twelve for a tuesday | April
My time at UCLA is coming to an end — I’m graduating in December, and it’s felt uncomfortably real this month. Friends are starting cool internships that will likely lead to prestigious careers, others are getting married, some are traveling the world. This month, it seems like the next stage of life is hurling toward me like a wild pitch in Spring Training. The question is impossible not to ask: what am I doing? And is it enough?
So here I am, racking my brain, making a list of marketable skills I have that starts with “pickle making” and ends with “flaring my nostrils.” And then I say to myself, “Hey, self: writing, that’s a skill.”
But then there’s this.
Sometimes, I sit down to write, and my mind is an empty room with elastic walls. Thoughts emerge from nowhere and collide with one another in brilliant chaos until the chamber is in complete disarray, there are pieces of broken mindfulness everywhere, suspiciously stale feelings have stained the floor, and there’s silence. The deafening kind of silence. The kind of silence that sounds like static in the ears of a sidetracked scholar, desperately seeking clarity, but obstructed by nonsense.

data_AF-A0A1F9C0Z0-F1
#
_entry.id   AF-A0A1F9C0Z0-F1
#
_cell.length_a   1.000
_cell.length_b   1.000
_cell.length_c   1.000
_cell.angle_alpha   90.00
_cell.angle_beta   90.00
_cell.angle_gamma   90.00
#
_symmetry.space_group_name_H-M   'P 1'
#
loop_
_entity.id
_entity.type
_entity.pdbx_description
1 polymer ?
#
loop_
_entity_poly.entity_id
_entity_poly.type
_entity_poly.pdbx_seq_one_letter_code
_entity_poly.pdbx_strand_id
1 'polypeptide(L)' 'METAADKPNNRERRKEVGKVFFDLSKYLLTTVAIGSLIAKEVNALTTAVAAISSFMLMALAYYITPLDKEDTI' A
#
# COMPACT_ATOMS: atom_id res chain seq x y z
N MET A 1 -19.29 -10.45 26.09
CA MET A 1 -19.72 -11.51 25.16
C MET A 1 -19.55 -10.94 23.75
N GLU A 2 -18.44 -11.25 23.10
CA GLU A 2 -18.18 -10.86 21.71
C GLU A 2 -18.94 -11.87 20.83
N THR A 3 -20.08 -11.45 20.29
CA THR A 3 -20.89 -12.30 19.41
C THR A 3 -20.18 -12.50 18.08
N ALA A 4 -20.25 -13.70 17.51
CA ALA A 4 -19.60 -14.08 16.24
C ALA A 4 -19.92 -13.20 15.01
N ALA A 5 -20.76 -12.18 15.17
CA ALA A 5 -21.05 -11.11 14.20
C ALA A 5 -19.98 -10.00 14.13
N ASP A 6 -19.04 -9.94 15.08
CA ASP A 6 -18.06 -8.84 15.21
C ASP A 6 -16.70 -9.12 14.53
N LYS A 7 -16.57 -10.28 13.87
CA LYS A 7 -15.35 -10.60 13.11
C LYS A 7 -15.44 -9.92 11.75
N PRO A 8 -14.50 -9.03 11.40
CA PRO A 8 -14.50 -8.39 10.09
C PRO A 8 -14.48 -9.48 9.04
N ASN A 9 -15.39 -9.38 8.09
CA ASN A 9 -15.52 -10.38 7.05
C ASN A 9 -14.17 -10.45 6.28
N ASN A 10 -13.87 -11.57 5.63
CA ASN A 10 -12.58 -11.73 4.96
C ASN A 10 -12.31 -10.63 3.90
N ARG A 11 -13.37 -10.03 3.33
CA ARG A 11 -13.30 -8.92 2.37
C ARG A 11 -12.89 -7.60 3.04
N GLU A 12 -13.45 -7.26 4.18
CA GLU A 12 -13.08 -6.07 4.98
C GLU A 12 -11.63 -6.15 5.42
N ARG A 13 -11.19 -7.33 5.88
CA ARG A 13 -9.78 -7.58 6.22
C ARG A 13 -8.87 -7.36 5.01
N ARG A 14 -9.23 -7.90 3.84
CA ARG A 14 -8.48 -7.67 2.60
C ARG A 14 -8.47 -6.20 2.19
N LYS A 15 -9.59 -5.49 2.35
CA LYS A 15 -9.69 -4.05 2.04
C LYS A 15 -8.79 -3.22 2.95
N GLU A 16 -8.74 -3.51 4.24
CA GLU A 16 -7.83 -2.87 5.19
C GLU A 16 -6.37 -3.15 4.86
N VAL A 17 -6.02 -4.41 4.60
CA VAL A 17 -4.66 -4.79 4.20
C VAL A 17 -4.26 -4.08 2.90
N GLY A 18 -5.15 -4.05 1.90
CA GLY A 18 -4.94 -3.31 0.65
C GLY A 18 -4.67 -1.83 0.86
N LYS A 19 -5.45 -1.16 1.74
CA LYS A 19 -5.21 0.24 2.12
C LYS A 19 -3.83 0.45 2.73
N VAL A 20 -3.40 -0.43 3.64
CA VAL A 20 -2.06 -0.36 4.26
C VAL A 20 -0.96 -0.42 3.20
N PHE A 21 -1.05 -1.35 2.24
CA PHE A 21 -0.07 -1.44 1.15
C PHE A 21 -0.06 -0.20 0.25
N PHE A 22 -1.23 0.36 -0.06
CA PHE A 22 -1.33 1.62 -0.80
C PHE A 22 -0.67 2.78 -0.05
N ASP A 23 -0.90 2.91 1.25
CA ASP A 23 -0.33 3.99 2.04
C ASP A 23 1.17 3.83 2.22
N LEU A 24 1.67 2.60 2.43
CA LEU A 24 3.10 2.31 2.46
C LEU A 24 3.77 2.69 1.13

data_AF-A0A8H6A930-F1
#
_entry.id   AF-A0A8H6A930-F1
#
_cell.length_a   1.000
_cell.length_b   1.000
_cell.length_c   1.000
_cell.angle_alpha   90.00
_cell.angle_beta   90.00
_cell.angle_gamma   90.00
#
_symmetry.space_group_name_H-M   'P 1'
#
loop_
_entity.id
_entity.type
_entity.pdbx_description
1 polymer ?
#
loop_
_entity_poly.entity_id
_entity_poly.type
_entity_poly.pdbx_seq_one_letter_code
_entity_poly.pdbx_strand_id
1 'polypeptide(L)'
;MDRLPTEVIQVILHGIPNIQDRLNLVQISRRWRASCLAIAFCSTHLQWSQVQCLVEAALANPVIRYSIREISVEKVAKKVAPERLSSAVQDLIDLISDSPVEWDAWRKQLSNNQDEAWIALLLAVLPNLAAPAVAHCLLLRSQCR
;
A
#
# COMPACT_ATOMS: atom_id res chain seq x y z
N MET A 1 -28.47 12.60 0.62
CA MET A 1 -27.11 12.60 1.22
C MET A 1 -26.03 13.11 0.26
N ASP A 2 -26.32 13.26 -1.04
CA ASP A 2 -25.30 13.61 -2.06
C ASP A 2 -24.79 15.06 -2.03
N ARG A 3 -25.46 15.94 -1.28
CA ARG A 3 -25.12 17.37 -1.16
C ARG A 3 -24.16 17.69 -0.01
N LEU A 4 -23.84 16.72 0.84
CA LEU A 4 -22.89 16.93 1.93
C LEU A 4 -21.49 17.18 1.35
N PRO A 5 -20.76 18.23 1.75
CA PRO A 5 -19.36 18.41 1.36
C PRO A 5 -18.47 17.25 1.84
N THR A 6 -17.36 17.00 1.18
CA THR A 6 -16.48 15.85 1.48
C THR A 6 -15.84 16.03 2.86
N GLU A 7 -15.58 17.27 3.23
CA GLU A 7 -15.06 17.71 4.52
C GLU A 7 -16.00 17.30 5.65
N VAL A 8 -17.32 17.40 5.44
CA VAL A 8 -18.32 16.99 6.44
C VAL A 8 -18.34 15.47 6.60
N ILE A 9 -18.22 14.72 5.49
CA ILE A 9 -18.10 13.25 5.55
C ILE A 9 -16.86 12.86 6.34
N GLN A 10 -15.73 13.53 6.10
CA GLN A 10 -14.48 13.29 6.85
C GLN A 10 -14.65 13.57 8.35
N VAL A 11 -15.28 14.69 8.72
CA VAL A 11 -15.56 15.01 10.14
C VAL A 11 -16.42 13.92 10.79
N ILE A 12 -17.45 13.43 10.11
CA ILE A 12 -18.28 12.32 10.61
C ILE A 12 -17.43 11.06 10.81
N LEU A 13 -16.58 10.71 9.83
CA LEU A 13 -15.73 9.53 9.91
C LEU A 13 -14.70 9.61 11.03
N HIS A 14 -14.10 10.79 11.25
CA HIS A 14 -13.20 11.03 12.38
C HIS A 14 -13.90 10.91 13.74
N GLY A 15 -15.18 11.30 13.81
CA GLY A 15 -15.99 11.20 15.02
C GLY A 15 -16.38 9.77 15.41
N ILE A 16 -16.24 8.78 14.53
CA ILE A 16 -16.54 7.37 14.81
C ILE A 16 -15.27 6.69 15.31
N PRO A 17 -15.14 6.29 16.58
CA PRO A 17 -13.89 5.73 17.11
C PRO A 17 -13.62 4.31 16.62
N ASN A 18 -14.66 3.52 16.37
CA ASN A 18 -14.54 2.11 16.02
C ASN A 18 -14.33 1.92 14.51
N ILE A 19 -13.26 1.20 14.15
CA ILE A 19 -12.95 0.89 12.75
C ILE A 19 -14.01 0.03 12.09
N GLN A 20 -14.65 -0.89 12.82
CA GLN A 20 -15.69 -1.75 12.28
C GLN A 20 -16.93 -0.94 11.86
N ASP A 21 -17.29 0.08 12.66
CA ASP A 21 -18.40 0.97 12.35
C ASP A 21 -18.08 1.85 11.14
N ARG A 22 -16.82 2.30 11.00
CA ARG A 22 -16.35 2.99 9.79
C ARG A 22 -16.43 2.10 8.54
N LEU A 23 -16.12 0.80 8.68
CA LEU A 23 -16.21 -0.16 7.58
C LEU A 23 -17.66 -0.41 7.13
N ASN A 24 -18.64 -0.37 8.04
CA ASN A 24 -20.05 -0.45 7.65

Now, I’m not some kind of tortured artist. But this is more than writer’s block. I can put words on a page — it isn’t that hard. And it will probably be decently acceptable work by the time I’m finished. The problem is that often, the words don’t seem like the right words. They don’t seem like the truest ones, or even the most beautiful ones. They’re often not the most novel ones, either. Because I write so frequently and spill it all — my deepest desires and my most monotonous musings — I sometimes don’t know what to say to real people. When our faces are 18 inches apart, pupils wide with unbreakable interest, on the edges of our conversational seats, what if I tell the same story they’ve already heard? What if I’m boring? Unimpressive? Maybe I should embellish a bit (note that in writing, that’s called “creativity;” in real life, it’s called lying). So then I talk a lot, and often say nothing.
But where I land, ultimately, is that I’m a good writer. I guess. If you must ask. But not as good as other people. Not as good as Kerouac or Rowling or Lewis…it could always be better.
It’s the same as, you know, when you’re pretty, but then you look at any screen for more than 25 seconds and change your mind? Or when you’re funny, but they laugh a little bit harder at someone else’s joke? When you’re excited about your summer plans…but compared to everyone else’s, it seems like you aren’t doing enough.
Compared to everyone else.
Now, we’ve arrived at the problem at hand: why, pray tell, do we evaluate ourselves relative to everyone else? Why am I only [blank] as long as someone else is more or less [blank] than I am? Too frequently, I decide whether I am adequate based on who is standing next to me.
[WARNING: This is very long. And it’s gonna get heavy. Heavy like the tension I’m releasing from my shoulders. Heavy like the way I overanalyze everything. Heavy like the April sky.]